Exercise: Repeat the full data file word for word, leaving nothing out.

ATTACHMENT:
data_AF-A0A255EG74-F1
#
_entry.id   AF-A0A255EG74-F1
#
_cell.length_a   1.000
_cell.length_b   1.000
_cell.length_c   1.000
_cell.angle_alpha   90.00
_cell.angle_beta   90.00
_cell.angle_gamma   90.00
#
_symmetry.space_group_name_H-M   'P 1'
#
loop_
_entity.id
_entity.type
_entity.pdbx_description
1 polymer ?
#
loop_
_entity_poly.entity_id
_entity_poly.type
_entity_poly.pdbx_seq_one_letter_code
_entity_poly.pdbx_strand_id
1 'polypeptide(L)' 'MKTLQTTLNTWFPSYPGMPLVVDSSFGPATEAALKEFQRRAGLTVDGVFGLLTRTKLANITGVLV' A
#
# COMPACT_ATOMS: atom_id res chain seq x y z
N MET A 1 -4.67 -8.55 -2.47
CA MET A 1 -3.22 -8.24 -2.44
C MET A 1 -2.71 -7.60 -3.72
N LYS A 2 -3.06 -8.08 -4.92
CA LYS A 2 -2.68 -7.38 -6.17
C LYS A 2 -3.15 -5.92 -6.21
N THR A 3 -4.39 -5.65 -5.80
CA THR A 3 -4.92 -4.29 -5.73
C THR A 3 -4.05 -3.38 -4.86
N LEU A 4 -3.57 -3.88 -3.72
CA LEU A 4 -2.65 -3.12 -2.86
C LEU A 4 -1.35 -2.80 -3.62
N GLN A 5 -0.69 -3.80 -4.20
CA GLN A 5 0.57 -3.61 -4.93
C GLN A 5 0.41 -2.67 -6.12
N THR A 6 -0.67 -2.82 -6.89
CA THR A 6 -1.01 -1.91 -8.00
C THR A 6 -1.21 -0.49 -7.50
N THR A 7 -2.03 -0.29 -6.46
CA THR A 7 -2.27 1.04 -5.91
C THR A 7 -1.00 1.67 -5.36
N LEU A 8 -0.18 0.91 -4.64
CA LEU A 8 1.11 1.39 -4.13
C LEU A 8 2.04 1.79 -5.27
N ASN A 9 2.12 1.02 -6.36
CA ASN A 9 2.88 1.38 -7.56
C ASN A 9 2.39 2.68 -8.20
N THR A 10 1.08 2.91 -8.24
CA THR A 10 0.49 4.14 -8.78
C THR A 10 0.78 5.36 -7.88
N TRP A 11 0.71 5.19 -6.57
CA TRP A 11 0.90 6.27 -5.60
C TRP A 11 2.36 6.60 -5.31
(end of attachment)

data_AF-A0A255EG74-F1
#
_entry.id   AF-A0A255EG74-F1
#
_cell.length_a   1.000
_cell.length_b   1.000
_cell.length_c   1.000
_cell.angle_alpha   90.00
_cell.angle_beta   90.00
_cell.angle_gamma   90.00
#
_symmetry.space_group_name_H-M   'P 1'
#
loop_
_entity.id
_entity.type
_entity.pdbx_description
1 polymer ?
#
loop_
_entity_poly.entity_id
_entity_poly.type
_entity_poly.pdbx_seq_one_letter_code
_entity_poly.pdbx_strand_id
1 'polypeptide(L)' 'MKTLQTTLNTWFPSYPGMPLVVDSSFGPATEAALKEFQRRAGLTVDGVFGLLTRTKLANITGVLV' A
#
# COMPACT_ATOMS: atom_id res chain seq x y z
N MET A 1 -4.67 -8.55 -2.47
CA MET A 1 -3.22 -8.24 -2.44
C MET A 1 -2.71 -7.60 -3.72
N LYS A 2 -3.06 -8.08 -4.92
CA LYS A 2 -2.68 -7.38 -6.17
C LYS A 2 -3.15 -5.92 -6.21
N THR A 3 -4.39 -5.65 -5.80
CA THR A 3 -4.92 -4.29 -5.73
C THR A 3 -4.05 -3.38 -4.86
N LEU A 4 -3.57 -3.88 -3.72
CA LEU A 4 -2.65 -3.12 -2.86
C LEU A 4 -1.35 -2.80 -3.62
N GLN A 5 -0.69 -3.80 -4.20
CA GLN A 5 0.57 -3.61 -4.93
C GLN A 5 0.41 -2.67 -6.12
N THR A 6 -0.67 -2.82 -6.89
CA THR A 6 -1.01 -1.91 -8.00
C THR A 6 -1.21 -0.49 -7.50
N THR A 7 -2.03 -0.29 -6.46
CA THR A 7 -2.27 1.04 -5.91
C THR A 7 -1.00 1.67 -5.36
N LEU A 8 -0.18 0.91 -4.64
CA LEU A 8 1.11 1.39 -4.13
C LEU A 8 2.04 1.79 -5.27
N ASN A 9 2.12 1.02 -6.36
CA ASN A 9 2.88 1.38 -7.56
C ASN A 9 2.39 2.68 -8.20
N THR A 10 1.08 2.91 -8.24
CA THR A 10 0.49 4.14 -8.78
C THR A 10 0.78 5.36 -7.88
N TRP A 11 0.71 5.19 -6.57
CA TRP A 11 0.90 6.27 -5.60
C TRP A 11 2.36 6.60 -5.31